Today we’ll do a simple run through of a valuation method used to estimate the attractiveness of FRIWO AG (FRA:CEA) as an investment opportunity by taking the expected future cash flows and discounting them to today’s value. This is done using the Discounted Cash Flow (DCF) model. It may sound complicated, but actually it is quite simple!
Remember though, that there are many ways to estimate a company’s value, and a DCF is just one method. Anyone interested in learning a bit more about intrinsic value should have a read of the Simply Wall St analysis model.
We use what is known as a 2-stage model, which simply means we have two different periods of growth rates for the company’s cash flows. Generally the first stage is higher growth, and the second stage is a lower growth phase. In the first stage we need to estimate the cash flows to the business over the next ten years. Seeing as no analyst estimates of free cash flow are available to us, we have extrapolate the previous free cash flow (FCF) from the company’s last reported value. We assume companies with shrinking free cash flow will slow their rate of shrinkage, and that companies with growing free cash flow will see their growth rate slow, over this period. We do this to reflect that growth tends to slow more in the early years than it does in later years.
A DCF is all about the idea that a dollar in the future is less valuable than a dollar today, so we need to discount the sum of these future cash flows to arrive at a present value estimate:
10-year free cash flow (FCF) estimate
|Levered FCF (€, Millions)||€8.6m||€9.2m||€9.7m||€10.0m||€10.2m||€10.4m||€10.5m||€10.7m||€10.7m||€10.8m|
|Growth Rate Estimate Source||Est @ 9.4%||Est @ 6.65%||Est @ 4.72%||Est @ 3.38%||Est @ 2.43%||Est @ 1.77%||Est @ 1.31%||Est @ 0.98%||Est @ 0.76%||Est @ 0.6%|
|Present Value (€, Millions) Discounted @ 7.1%||€8.1||€8.0||€7.9||€7.6||€7.3||€6.9||€6.5||€6.2||€5.8||€5.4|
(“Est” = FCF growth rate estimated by Simply Wall St)
Present Value of 10-year Cash Flow (PVCF)= €69.6m
We now need to calculate the Terminal Value, which accounts for all the future cash flows after this ten year period. For a number of reasons a very conservative growth rate is used that cannot exceed that of a country’s GDP growth. In this case we have used the 10-year government bond rate (0.2%) to estimate future growth. In the same way as with the 10-year ‘growth’ period, we discount future cash flows to today’s value, using a cost of equity of 7.1%.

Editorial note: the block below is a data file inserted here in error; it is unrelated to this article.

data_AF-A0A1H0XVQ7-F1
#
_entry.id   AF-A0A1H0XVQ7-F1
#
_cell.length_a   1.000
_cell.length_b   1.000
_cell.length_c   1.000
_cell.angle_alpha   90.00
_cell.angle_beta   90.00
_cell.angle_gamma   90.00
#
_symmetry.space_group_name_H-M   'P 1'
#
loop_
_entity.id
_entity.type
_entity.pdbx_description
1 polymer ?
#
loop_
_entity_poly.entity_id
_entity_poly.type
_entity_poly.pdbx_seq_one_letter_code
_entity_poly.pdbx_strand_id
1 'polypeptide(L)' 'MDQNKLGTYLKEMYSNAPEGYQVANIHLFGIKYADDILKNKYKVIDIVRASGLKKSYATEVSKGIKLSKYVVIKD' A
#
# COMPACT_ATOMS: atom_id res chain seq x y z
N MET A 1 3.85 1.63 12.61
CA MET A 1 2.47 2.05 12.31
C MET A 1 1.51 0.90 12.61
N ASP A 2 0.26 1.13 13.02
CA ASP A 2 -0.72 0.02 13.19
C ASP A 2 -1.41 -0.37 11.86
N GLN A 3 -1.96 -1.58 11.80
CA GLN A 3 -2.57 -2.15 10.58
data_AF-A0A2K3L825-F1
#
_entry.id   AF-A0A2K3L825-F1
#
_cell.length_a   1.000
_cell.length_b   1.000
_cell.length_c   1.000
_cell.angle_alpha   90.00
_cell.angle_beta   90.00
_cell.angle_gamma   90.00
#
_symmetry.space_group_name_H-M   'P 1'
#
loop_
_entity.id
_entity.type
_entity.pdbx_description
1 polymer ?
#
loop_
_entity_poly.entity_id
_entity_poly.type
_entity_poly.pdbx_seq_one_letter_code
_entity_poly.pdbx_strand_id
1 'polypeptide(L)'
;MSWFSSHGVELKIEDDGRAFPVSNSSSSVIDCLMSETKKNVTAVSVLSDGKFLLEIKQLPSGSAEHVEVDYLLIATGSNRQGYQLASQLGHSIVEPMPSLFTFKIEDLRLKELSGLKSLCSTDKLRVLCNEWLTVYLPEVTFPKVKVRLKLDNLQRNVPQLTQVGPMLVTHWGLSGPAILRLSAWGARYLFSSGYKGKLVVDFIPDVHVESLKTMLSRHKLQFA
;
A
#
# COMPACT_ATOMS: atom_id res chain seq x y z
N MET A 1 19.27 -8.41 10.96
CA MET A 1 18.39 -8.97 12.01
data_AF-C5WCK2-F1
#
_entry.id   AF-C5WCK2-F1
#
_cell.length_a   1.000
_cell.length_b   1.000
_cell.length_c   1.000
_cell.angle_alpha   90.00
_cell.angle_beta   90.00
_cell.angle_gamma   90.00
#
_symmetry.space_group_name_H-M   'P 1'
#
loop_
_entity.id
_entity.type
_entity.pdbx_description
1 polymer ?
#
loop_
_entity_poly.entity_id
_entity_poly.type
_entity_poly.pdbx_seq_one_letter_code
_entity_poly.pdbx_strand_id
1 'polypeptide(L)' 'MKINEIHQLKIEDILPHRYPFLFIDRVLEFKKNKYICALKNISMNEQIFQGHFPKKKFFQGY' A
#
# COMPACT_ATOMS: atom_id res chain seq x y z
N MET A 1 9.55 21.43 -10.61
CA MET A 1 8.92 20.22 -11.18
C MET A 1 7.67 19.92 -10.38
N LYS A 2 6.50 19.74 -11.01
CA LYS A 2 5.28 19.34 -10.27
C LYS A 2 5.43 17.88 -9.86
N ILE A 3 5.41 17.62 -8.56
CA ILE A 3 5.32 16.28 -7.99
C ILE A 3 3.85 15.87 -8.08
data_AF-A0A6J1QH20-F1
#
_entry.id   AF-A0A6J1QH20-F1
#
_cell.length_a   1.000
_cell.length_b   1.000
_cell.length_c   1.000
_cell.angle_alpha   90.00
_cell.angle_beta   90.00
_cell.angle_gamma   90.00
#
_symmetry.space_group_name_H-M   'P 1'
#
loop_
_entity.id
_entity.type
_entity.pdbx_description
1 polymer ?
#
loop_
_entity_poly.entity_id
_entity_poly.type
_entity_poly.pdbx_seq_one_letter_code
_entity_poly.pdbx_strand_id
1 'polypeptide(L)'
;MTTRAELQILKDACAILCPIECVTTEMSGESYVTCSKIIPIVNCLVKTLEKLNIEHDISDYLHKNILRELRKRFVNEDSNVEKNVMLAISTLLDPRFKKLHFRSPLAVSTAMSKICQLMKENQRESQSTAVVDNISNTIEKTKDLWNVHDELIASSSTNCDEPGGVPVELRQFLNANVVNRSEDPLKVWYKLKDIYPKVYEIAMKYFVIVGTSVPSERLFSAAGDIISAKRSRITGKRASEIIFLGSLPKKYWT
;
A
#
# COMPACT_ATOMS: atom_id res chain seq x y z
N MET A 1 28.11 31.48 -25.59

Terminal Value (TV) = FCF2029 × (1 + g) ÷ (r – g) = €11m × (1 + 0.2%) ÷ (7.1% – 0.2%) = €157m
Present Value of Terminal Value (PVTV) = TV / (1 + r)10 = €€157m ÷ ( 1 + 7.1%)10 = €79.22m
The total value is the sum of cash flows for the next ten years plus the discounted terminal value, which results in the Total Equity Value, which in this case is €148.84m. The last step is to then divide the equity value by the number of shares outstanding. This results in an intrinsic value estimate of €19.33. Relative to the current share price of €23, the company appears around fair value at the time of writing. Remember though, that this is just an approximate valuation, and like any complex formula – garbage in, garbage out.
We would point out that the most important inputs to a discounted cash flow are the discount rate and of course the actual cash flows. You don’t have to agree with these inputs, I recommend redoing the calculations yourself and playing with them. The DCF also does not consider the possible cyclicality of an industry, or a company’s future capital requirements, so it does not give a full picture of a company’s potential performance. Given that we are looking at FRIWO as potential shareholders, the cost of equity is used as the discount rate, rather than the cost of capital (or weighted average cost of capital, WACC) which accounts for debt. In this calculation we’ve used 7.1%, which is based on a levered beta of 1.154. Beta is a measure of a stock’s volatility, compared to the market as a whole. We get our beta from the industry average beta of globally comparable companies, with an imposed limit between 0.8 and 2.0, which is a reasonable range for a stable business.
Valuation is only one side of the coin in terms of building your investment thesis, and it shouldn’t be the only metric you look at when researching a company. The DCF model is not a perfect stock valuation tool. Rather it should be seen as a guide to “what assumptions need to be true for this stock to be under/overvalued?” If a company grows at a different rate, or if its cost of equity or risk free rate changes sharply, the output can look very different. For FRIWO, I’ve put together three fundamental aspects you should further research:
- Financial Health: Does CEA have a healthy balance sheet? Take a look at our free balance sheet analysis with six simple checks on key factors like leverage and risk.
- Other High Quality Alternatives: Are there other high quality stocks you could be holding instead of CEA? Explore our interactive list of high quality stocks to get an idea of what else is out there you may be missing!
PS. Simply Wall St updates its DCF calculation for every DE stock every day, so if you want to find the intrinsic value of any other stock just search here.
We aim to bring you long-term focused research analysis driven by fundamental data. Note that our analysis may not factor in the latest price-sensitive company announcements or qualitative material.
If you spot an error that warrants correction, please contact the editor at email@example.com. This article by Simply Wall St is general in nature. It does not constitute a recommendation to buy or sell any stock, and does not take account of your objectives, or your financial situation. Simply Wall St has no position in the stocks mentioned. Thank you for reading.